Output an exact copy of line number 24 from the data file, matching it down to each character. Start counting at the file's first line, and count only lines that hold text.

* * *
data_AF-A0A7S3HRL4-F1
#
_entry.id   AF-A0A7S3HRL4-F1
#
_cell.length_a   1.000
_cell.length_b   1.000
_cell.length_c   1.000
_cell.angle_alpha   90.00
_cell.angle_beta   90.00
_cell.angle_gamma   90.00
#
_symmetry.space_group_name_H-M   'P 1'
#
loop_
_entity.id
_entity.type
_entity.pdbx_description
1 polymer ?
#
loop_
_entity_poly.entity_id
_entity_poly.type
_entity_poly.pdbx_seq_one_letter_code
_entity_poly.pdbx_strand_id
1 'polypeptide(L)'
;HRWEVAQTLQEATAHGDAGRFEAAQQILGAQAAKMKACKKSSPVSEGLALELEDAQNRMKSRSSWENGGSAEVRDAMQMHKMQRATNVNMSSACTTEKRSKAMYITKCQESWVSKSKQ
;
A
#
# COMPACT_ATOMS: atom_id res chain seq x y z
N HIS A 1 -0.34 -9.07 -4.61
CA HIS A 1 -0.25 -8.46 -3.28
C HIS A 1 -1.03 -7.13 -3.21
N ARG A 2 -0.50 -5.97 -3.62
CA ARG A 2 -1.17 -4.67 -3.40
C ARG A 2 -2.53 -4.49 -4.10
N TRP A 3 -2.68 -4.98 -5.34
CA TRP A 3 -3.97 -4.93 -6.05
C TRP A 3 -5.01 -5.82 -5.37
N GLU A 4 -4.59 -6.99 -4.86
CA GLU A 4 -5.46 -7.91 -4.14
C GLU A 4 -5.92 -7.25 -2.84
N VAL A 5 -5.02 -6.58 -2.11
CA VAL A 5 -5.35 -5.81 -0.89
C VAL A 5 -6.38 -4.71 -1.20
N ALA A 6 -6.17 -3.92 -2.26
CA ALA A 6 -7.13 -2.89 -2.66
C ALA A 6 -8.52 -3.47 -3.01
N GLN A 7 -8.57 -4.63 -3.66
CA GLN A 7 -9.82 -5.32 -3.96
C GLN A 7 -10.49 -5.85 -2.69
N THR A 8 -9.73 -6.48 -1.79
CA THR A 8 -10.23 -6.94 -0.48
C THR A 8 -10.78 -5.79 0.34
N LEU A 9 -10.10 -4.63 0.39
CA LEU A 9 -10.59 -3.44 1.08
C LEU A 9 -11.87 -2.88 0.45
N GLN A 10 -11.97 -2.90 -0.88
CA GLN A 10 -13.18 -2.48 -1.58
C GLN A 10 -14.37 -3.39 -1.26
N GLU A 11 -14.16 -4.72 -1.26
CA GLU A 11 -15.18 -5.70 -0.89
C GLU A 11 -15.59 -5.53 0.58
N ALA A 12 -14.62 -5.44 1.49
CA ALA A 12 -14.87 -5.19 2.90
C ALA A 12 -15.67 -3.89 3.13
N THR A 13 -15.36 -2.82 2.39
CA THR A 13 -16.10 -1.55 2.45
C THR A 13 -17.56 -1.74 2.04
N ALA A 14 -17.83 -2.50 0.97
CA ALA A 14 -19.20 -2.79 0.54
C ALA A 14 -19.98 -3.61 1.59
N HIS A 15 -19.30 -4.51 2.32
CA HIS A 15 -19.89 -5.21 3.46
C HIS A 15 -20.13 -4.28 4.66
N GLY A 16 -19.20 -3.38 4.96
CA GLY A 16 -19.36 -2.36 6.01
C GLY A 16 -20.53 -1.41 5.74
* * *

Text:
_entity_poly.pdbx_strand_id